Shaolin – Review

Director: Benny Chan

Cast: Andy Lau, Nicholas Tse, Jackie Chan, Fan Bing-Bing, Wu  Jing, Xing Yu

Shaolin has been talked about in the same breathe as Shaolin  Temple, but is Shaolin a master piece or does it burn to the  ground.

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The story follows General Hou (Andy Lau) as a warlord and his number two Tsao (Nicholas Tse), as they seek to rule the land by bringing war and famine to their people while they jostle for power with the surrounding armies.  General Hou decides to betray a rival and ends up being betrayed himself by Tsao who has had enough of General Hou’s regime.  Hou, his wife (Fan Bing-Bing) and daughter then flee for their lives and Huo seeks refuge in a shaolin Temple.  What follows next is Hou leaving his life as a warlord behind him and taking up the way of Buddhism and becoming a Monk at the Shaolin temple.

In a nut shell then this is the film, if your expecting a factual based film on the events of the burning of the Shaolin Temples then this isn’t the film your looking for, if however you are after an action based drama about one mans journey for redemption and serenity then look no further.

Andy Lau plays the title character well, its a very long journey to take within the time frame of the film and Andy Lau pulls no punches in his range from Fierce Warlord to Buddhist Monk, drawing the audience into his world through his different states of mind.  A mention also to Jackie Chan who gets to show why hes becoming such a great actor. Chan has always been action superstar but in recent years hes been flexing more than his limbs with some credible acting performances and this film is no different with Benny Chan giving Chan an extended cameo which sees him play the cook  whose at conflict with staying within the realms of the Shaolin Temple or seeing what the rest of the world has to offer.  Chan was to have a major role in the movie but due to conflicts in his schedule Benny Chan rewrote the part especially for Chan.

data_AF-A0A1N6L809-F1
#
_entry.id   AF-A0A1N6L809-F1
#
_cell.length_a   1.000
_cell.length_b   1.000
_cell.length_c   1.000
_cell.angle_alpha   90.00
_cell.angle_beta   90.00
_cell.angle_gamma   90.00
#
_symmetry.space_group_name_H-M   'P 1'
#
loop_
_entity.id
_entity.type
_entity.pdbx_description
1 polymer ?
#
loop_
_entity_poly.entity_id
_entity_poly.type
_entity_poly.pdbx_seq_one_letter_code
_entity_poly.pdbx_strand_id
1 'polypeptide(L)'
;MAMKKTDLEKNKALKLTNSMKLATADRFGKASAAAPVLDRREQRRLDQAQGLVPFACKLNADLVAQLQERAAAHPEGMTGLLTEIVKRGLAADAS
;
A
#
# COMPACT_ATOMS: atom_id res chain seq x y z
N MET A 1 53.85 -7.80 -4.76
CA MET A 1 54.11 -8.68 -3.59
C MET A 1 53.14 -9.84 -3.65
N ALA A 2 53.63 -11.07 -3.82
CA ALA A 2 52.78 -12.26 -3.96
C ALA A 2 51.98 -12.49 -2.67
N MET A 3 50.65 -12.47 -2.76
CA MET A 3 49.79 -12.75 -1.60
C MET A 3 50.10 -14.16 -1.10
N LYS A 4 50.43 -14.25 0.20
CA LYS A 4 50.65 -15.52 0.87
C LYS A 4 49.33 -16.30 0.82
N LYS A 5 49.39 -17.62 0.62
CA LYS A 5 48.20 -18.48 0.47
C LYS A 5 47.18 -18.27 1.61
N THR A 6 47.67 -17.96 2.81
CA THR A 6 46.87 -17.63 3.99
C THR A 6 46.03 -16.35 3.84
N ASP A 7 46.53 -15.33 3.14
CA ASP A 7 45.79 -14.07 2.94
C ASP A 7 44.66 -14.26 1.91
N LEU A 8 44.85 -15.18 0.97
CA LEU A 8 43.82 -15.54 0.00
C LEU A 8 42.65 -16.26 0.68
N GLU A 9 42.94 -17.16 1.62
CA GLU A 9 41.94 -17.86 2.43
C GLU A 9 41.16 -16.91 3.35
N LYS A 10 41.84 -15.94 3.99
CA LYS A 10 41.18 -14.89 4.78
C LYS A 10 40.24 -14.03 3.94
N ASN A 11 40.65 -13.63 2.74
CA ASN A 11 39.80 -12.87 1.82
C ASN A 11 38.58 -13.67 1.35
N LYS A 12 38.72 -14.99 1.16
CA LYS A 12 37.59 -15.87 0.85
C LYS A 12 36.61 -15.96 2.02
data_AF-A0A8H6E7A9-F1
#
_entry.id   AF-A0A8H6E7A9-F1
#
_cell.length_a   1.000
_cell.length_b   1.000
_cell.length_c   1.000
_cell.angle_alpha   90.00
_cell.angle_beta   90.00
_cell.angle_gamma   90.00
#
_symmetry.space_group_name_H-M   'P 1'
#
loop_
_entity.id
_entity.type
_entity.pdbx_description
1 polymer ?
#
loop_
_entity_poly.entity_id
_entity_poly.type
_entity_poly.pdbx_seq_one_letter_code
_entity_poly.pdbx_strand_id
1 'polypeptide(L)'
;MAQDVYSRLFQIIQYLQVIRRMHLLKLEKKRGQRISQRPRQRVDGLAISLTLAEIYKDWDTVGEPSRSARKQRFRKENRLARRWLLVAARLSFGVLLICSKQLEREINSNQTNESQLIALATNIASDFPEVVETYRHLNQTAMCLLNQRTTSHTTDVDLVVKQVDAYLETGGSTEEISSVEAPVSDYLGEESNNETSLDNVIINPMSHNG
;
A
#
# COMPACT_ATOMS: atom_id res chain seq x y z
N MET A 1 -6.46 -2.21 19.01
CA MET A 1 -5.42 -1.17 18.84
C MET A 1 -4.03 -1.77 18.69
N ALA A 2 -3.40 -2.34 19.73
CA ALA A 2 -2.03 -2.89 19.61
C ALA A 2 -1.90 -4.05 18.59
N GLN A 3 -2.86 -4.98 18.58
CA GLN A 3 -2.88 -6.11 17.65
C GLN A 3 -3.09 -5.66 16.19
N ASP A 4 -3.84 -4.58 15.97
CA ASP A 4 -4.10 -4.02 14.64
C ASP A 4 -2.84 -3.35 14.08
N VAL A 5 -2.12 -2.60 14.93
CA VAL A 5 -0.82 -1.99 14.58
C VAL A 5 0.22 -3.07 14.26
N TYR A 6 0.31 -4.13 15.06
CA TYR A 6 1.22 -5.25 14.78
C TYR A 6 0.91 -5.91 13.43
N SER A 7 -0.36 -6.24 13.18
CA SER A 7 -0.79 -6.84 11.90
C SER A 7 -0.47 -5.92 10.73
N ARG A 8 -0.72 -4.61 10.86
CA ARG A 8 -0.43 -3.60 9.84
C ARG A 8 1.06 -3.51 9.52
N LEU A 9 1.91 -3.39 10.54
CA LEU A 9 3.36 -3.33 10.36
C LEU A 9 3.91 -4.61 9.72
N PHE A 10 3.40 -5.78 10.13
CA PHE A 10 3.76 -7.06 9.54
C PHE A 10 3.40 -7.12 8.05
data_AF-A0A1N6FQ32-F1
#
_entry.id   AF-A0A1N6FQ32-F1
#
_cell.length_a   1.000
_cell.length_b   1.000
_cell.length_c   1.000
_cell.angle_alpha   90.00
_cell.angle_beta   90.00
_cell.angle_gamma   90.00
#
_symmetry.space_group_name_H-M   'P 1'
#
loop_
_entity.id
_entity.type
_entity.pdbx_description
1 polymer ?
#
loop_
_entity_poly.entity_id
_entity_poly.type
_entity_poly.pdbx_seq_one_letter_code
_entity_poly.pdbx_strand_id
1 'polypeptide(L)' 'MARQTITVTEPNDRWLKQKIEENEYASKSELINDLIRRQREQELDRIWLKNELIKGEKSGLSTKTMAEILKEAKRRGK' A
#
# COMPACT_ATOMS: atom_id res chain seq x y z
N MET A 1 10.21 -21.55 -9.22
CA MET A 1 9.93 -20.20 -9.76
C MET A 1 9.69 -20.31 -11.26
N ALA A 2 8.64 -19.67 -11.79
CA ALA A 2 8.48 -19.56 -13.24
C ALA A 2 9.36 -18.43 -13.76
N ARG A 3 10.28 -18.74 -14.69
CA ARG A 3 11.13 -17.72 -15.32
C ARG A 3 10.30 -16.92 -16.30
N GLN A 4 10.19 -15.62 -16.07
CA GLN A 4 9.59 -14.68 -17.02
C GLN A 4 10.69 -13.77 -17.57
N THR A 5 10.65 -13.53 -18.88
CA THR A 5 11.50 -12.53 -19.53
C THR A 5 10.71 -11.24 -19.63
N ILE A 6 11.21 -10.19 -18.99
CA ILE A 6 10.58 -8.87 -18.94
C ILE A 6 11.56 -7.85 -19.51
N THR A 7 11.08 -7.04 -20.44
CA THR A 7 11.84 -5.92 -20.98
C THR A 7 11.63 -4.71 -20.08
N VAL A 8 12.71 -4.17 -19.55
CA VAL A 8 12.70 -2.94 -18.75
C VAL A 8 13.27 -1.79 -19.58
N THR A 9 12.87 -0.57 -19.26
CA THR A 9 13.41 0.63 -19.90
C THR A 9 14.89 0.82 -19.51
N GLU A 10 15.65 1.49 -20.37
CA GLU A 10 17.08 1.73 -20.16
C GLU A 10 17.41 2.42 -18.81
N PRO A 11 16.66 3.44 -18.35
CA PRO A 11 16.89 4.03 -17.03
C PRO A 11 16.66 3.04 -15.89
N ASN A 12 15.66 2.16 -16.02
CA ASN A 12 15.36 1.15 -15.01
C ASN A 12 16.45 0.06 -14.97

Nicholas Tse also gets to shine as the villain scowling at everyone and if Andy Lau is the turmoil within the movie Nicholas Tse is the surrounding darkness in which he tries to bring lightness to.

Overall this movie has something for everyone that loves action cinema from the sweeping shots of Kung Fu training exercises to the frantic finale that sees the monks take on the invading troops as they fight for the lives and traditions and the people of the Shaolin Temple.

So it seems fitting to finish the review on a buddhist quote:

If you want others to be happy, practice compassion.
If you want to be happy, practice compassion

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